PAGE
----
Movie review: 'Creed 2'

Kyle Winfield | Contributing Writer


Courtesy Hollywood Reporter

In the world of Hollywood today, sequels are a dime a dozen. With a fair amount of film offerings today being sequels, it is hard to get excited for anything new. The only way anyone will be excited for a sequel is if it is good. So, what does that mean for "Creed II?"


“Creed II” is directed by Steven Caple Jr, taking over from the previous director, Ryan Coogler, and stars Michael B. Jordan, Tessa Thompson, Sylvester Stallone, Wood Harris, Dolph Lundgren and Florian Munteanu.


“Creed II” is immediately put in a strange spot from the get-go, as it is a sequel to 2015’s “Creed,” and a long belated sequel to 1985’s “Rocky IV.” In this film, Adonis Creed (Michael B. Jordan), is challenged to a boxing match by Viktor Drago (Florian Munteanu), who’s father, Ivan Drago (Dolph Lundgren), had killed Creed’s father in the ring almost 30 years ago. And of course, Rocky Balboa (Sylvester Stallone) returns to assist in training the young Creed.


Overall, when looking at the acting, it is a solid affair. All actors provide great performances, loaded to the brim with emotion. Even Stallone manages to provide a quite solid performance as the aging ex-boxing champ. Though the stand-outs, as ever, are Michael B. Jordan, who has demonstrated an exceptional range, as an actor. And Tessa Thompson, who does a great job carrying some of the more emotional scenes in the film.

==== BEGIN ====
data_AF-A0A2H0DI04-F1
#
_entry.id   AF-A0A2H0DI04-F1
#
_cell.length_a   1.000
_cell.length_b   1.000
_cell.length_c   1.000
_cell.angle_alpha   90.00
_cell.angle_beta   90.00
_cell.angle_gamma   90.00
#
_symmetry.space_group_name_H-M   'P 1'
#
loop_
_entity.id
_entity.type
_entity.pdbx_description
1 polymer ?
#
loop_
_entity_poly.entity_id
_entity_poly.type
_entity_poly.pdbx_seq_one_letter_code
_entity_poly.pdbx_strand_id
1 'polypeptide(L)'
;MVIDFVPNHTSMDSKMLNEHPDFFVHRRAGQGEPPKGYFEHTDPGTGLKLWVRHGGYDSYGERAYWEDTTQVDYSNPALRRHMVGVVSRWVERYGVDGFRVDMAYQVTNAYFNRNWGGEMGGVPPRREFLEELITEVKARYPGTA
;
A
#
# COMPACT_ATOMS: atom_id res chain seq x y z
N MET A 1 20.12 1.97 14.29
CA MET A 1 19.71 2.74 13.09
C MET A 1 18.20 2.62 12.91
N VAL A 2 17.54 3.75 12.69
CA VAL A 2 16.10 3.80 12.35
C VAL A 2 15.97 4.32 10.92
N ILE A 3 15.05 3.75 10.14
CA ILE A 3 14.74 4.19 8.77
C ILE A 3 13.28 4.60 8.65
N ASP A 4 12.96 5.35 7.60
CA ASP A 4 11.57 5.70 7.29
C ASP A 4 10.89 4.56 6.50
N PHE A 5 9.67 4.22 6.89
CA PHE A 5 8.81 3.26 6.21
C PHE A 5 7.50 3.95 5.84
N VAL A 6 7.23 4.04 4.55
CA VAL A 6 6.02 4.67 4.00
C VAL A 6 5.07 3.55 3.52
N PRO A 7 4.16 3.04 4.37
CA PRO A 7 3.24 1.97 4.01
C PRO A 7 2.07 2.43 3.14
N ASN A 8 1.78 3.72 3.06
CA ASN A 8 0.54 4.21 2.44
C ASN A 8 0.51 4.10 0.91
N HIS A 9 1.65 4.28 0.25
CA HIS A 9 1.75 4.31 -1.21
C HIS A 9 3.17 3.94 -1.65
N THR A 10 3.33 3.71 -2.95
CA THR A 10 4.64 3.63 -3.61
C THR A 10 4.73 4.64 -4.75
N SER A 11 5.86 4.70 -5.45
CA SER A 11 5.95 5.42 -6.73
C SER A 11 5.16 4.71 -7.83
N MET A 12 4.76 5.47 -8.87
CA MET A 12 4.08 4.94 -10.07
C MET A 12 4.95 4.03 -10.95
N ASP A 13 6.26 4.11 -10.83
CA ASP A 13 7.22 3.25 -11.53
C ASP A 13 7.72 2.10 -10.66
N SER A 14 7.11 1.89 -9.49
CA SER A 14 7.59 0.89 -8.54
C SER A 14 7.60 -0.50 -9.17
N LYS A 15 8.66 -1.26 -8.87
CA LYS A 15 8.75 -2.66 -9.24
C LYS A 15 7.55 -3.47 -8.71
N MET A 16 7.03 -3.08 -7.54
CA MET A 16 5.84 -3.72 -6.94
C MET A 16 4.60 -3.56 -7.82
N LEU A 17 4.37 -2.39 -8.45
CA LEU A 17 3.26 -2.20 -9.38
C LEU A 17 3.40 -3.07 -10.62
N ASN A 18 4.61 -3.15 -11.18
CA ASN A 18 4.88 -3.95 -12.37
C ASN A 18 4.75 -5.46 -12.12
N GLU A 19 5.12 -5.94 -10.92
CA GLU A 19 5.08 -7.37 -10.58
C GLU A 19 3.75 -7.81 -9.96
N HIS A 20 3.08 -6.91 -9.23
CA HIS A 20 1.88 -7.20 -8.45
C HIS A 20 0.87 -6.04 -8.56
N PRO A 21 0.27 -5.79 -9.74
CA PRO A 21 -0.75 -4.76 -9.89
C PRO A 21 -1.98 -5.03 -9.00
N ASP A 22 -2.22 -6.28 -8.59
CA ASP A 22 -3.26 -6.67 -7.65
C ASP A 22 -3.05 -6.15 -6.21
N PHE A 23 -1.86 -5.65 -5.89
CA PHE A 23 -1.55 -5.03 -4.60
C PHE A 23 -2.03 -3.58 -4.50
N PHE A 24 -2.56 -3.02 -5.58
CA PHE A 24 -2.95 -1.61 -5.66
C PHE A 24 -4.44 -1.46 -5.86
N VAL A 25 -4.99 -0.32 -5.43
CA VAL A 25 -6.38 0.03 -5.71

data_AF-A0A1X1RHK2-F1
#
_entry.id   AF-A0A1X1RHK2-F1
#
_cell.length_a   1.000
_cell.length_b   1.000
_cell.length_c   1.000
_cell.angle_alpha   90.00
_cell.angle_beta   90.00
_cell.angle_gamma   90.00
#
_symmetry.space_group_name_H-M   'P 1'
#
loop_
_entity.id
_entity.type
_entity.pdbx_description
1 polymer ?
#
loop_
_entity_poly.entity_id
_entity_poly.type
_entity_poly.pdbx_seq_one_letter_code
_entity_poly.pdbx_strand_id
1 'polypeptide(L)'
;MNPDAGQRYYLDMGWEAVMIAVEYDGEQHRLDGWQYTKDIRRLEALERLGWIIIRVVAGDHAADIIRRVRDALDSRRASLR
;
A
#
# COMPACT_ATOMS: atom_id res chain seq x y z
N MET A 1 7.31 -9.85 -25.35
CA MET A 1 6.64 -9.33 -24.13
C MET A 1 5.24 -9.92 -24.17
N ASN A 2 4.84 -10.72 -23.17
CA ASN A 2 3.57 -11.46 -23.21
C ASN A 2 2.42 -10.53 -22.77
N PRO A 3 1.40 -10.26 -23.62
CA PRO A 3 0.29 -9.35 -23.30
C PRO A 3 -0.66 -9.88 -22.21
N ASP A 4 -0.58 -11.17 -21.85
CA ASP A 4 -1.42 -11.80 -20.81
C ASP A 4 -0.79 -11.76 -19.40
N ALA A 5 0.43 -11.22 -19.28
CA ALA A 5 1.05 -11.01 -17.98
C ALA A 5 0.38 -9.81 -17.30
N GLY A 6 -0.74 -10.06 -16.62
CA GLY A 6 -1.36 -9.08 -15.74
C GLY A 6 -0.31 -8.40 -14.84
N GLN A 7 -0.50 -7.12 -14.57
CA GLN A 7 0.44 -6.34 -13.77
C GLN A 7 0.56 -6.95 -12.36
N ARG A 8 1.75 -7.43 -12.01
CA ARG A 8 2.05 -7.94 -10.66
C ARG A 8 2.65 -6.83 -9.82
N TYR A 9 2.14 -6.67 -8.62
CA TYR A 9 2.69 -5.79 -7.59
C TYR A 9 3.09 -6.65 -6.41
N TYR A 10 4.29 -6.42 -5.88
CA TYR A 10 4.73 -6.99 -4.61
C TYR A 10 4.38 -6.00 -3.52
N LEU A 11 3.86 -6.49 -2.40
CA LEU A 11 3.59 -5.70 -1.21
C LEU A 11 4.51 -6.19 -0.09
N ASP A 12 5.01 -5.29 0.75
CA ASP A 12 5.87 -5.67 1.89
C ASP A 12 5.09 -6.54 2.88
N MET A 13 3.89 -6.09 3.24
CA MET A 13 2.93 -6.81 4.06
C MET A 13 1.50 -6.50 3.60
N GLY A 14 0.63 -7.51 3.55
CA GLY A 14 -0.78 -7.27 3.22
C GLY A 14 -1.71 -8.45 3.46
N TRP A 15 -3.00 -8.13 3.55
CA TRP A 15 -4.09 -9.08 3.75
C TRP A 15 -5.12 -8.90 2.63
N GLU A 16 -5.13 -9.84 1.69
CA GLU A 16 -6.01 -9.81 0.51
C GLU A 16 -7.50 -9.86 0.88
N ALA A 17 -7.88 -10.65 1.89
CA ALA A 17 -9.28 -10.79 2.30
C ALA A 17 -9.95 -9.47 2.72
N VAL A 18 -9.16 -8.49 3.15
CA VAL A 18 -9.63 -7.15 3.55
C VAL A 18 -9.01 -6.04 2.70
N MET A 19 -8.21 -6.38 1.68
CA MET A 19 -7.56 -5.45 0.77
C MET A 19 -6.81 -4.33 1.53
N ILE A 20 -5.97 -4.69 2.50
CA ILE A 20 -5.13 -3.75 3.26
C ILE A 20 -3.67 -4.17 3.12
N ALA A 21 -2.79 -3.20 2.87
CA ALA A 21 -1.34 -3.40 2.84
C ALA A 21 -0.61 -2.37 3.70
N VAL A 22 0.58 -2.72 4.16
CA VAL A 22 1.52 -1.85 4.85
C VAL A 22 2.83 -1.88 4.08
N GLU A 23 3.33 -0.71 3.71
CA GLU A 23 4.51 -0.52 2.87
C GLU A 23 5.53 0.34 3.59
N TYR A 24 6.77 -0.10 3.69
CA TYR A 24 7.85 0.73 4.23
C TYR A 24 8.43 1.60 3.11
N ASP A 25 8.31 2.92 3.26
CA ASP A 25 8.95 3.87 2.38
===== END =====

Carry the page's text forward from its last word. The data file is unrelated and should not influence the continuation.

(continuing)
Another solid aspect of the film are the obligatory boxing matches. The way they are shot are much better than some action films made today, avoiding many editing tricks like quick, fast paced cuts and shaky cam as a crutch to hide the flaws of the choreography.


Instead, the audience is treated to a variety of camera angles and perspectives, which help in showing a clear picture of the fights, highlighting the brutality of the boxing matches. While some fights do come off as overly choreographed, they are still just as good, all the same.


Now, this film isn’t perfect, not at all. In fact, there is an exceptionally glaring flaw. In “Creed II” there is only one training montage in the film. This would be acceptable, had “Rocky IV” not set the standard by having several montages throughout the course of the film. This is a baffling choice by screenwriters Juel Taylor and Sylvester Stallone, and a true disgrace to the Rocky film legacy.


Joking aside, the film does suffer from a few flaws, though not enough to completely ruin the film. The biggest flaw comes in the form of how predictable the story is. Honestly, if the audience has seen all the “Rocky” films, the plot and story beats should seem very familiar.


Though this is not to say that the film doesn’t have any ideas of its own, it certainly does. But when looking at the story as a whole, it is your standard “Rocky” affair, with some modern flair and new talent.

Mace & Crown

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